It should come as no surprise to New Jerseyans that the greatest party switching story comes out of Hudson County.
In 1954, ten-term Rep. Edward Hart (D-Jersey City) gave up his congressional seat so that he could get an appointment to what is now known as the Board of Public Utilities. Hart had watched his percentage drop to 51.%5 in 1952 and after twenty years in the House, he was ready to go.
Democrats – which means John V. Kenny, back in a time when the Mayor of Jersey City was the only real kingmaker in Hudson County politics — nominated James Tumulty, a 41-year-old former Assembly minority leader whose uncle was Woodrow Wilson’s chief of staff – the job was called secretary in those days – in the governor’s office and in the White House.
The Republicans ran Vincent Dellay, a 47-year-old auditor in the state treasurer’s office.
Tumulty beat Dellay by 25,584 votes, 62%-35%.
Two years later, with popular President Dwight Eisenhower heading the Republican ticket, Dellay sought a rematch against Tumulty.
This time Dellay won, upsetting Tumulty by 7,887 votes, 52%-46%.
Dellay filed an affidavit with the New Jersey Secretary of State saying he spent nothing to win the House seat. Tumulty reported spending $1,017. To put that in some perspective of the times, Assemblywoman Florence Dwyer (R-Elizabeth) reported spending $9,950 to oust two-term incumbent Rep. Harrison Williams (D-Plainfield); Williams spent $6,943.
Another Jersey City Republican, Norman Roth, came within 57 votes of winning the other Hudson County congressional seat against incumbent Rep. Alfred Sieminski (D-Jersey City). Roth died believing Hudson County Democrats stole the race from him.
Dellay became the first Republican congressman from Hudson County since Archibald Olpp won on Warren Harding’s coattails in 1920 and then lost the seat two years later.
Tumulty went home to New Jersey with a lot of post-election anger. He later filed a complaint with the Justice Department alleging that Democrats raised $100,000 for Adlai Stevenson and the Democratic congressional candidates, but that Kenny diverted the money to his local organization. Tumulty says he only got $800.
Within one week of taking office, Dellay had already run afoul the of Hudson County Republican Chairman John Theurer, who called him “the biggest ingrate I have ever known” because only one Hudson Republican got a job in the new congressman’s office.
“Dellay not only won’t be on the next congressional ticket, but his name won’t even be mentioned,” Theurer told the Associated Press. “I’m sorry he is a Republican. He has never consulted with the organization at any time since his election.”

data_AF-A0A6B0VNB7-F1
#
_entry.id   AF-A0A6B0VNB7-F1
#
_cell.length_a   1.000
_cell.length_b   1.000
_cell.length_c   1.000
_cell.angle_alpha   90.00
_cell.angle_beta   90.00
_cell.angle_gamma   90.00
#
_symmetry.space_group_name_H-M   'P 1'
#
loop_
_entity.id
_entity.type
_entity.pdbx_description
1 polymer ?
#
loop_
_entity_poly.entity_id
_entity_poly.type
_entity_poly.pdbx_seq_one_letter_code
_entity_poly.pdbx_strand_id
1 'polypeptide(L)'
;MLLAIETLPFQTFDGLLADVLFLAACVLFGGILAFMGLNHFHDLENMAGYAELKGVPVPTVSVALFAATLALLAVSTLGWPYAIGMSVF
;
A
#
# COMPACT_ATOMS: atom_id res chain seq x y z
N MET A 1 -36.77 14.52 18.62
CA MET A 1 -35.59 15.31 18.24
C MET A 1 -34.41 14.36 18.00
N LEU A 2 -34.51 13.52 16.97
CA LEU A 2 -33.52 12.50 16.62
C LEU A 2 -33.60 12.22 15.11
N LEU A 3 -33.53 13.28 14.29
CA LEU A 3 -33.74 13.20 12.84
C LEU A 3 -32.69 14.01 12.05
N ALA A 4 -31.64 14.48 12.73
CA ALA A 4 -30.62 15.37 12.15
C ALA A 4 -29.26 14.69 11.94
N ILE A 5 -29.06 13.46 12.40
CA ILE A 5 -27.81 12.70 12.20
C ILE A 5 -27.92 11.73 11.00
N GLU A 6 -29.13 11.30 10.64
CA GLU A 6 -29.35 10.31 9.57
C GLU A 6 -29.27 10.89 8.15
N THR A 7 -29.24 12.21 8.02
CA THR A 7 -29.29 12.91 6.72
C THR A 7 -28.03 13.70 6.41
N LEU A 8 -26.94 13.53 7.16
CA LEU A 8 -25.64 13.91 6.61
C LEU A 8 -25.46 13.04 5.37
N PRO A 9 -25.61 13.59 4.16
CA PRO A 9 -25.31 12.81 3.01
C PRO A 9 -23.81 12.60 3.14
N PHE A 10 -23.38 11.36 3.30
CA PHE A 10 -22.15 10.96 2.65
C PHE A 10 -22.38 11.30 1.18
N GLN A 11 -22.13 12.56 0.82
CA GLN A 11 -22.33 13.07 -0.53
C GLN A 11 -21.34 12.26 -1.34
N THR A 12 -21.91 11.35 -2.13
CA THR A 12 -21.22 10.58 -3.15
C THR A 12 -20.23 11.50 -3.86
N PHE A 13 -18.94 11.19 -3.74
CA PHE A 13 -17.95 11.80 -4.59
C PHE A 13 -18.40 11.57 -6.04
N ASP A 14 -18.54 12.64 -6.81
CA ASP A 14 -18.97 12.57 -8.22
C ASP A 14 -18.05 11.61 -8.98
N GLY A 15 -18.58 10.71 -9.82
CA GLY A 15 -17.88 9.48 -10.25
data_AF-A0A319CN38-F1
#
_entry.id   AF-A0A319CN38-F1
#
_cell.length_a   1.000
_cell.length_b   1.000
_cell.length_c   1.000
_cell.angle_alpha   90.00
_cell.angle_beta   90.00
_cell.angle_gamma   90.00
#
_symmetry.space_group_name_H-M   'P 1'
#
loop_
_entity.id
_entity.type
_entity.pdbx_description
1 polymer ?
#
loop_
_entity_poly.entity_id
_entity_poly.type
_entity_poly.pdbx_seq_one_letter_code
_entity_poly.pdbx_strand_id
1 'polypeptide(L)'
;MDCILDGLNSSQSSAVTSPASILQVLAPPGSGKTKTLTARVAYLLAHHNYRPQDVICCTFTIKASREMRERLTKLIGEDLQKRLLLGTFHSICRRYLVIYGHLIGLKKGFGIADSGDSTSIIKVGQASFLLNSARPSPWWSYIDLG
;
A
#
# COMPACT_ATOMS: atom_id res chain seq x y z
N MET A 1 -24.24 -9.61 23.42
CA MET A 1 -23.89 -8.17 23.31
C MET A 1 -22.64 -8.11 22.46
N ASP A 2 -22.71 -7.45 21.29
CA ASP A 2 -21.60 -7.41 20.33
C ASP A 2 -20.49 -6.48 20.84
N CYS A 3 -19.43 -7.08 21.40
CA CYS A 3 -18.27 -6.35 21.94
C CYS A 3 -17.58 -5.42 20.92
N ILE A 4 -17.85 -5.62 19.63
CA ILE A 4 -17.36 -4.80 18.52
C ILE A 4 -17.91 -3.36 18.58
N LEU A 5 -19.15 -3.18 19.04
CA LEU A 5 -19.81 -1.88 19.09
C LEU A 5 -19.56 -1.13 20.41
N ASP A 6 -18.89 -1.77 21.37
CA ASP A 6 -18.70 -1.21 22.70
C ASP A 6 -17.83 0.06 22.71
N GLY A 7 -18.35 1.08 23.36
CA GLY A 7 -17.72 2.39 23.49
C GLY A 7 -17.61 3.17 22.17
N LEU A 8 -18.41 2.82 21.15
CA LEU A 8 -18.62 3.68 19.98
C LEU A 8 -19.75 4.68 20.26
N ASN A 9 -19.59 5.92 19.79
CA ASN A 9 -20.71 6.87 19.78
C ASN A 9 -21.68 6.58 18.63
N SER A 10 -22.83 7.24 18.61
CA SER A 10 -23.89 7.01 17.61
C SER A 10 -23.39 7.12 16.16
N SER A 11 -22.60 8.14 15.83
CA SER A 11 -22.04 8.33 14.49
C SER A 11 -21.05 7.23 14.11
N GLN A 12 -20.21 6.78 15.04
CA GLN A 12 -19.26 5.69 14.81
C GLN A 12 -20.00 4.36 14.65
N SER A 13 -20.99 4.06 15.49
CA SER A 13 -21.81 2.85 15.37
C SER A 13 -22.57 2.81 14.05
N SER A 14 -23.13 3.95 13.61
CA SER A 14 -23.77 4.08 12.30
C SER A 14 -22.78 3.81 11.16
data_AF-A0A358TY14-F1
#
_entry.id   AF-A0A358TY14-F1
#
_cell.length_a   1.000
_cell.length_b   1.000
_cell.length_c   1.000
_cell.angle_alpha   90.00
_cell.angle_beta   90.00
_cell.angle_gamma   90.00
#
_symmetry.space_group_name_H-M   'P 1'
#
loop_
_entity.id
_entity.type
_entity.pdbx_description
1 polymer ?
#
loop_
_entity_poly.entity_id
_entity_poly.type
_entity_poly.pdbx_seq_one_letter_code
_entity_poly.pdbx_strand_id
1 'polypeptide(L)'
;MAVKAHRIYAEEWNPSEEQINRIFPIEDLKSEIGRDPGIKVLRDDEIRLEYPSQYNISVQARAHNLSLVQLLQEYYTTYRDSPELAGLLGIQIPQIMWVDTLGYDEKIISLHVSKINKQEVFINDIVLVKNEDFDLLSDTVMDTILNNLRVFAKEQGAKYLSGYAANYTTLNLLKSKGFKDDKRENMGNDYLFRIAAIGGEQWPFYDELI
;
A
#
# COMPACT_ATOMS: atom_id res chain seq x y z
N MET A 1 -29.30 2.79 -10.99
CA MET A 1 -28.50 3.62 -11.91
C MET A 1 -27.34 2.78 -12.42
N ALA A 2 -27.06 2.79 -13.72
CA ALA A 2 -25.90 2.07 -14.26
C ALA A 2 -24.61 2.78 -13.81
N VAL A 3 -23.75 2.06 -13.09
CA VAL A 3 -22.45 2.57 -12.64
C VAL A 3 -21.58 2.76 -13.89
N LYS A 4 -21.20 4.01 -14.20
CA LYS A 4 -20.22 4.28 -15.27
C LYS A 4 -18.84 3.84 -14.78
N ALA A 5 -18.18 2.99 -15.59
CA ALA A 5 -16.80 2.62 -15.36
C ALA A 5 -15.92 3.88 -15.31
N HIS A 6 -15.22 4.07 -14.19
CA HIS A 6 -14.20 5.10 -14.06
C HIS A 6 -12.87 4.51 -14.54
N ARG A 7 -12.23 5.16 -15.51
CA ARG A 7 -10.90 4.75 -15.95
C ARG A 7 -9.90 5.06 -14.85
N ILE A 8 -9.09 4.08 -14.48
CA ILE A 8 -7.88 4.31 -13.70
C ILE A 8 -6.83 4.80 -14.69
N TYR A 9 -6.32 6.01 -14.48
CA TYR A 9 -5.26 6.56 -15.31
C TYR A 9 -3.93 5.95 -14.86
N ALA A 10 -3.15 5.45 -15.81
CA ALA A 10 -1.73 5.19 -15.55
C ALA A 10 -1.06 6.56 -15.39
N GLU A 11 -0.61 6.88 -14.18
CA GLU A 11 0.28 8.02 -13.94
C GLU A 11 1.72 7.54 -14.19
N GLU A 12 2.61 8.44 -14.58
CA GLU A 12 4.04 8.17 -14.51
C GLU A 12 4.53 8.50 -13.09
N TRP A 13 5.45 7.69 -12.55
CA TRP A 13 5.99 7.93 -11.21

Theurer said Dellay had instead hired his daughter and his sister to serve on his staff.
“That daughter couldn’t even vote for him. She lives out of his district,” the county chairman said.
The new congressman wasn’t going to take any crap from the Hudson County Republicans, channeled his inner Phil Murphy by saying that “the Republican organization gave me the nomination – period. I received no specific help.”
Dellay defended the hiring of his sister.
“She is giving up a job as secretary to an express company executive at a much higher salary,” he said.
In the fall of 1957, Dellay endorsed Democratic Gov. Robert Meyner for re-election.
A few days before Christmas, Dellay announced that he was switching parties and would return to Washington in January 1958 as a Democratic congressman.
He said he would seek re-election as a Democrat.
Speaker Sam Rayburn welcomed the newest member of the Democratic caucus, but back at home, Hudson County Democrats weren’t all that interested.
Democrats endorsed Dominick Daniels, a 50-year-old Jersey City municipal court judge, as their candidate for Congress.
Dellay announced that he would seek re-election as an independent rather than challenge the Hudson County Democratic organization in the primary.
In September, he dropped out of the race entirely. This time Kenny didn’t take the race for granted and Daniels beat Republican Frank Musto with 63% of the vote. Still on the ballot, Dellay got 823 votes.
Dellay returned to his old job as a field auditor for the New Jersey Treasury Department, retiring in 1971. He remained a Democrat.
In 1972, Dellay ran for Congress again after redistricting merged the two Hudson County districts.
Daniels won the race by 12,662 votes, 51%-32% against West New York Mayor Anthony DeFino. The other incumbent congressman, Cornelius Gallagher (D-Bayonne) finished third with 15%.
Dellay came in fourth, with 1,1994 votes – just under 2%.
This story was first published on January 28, 2019.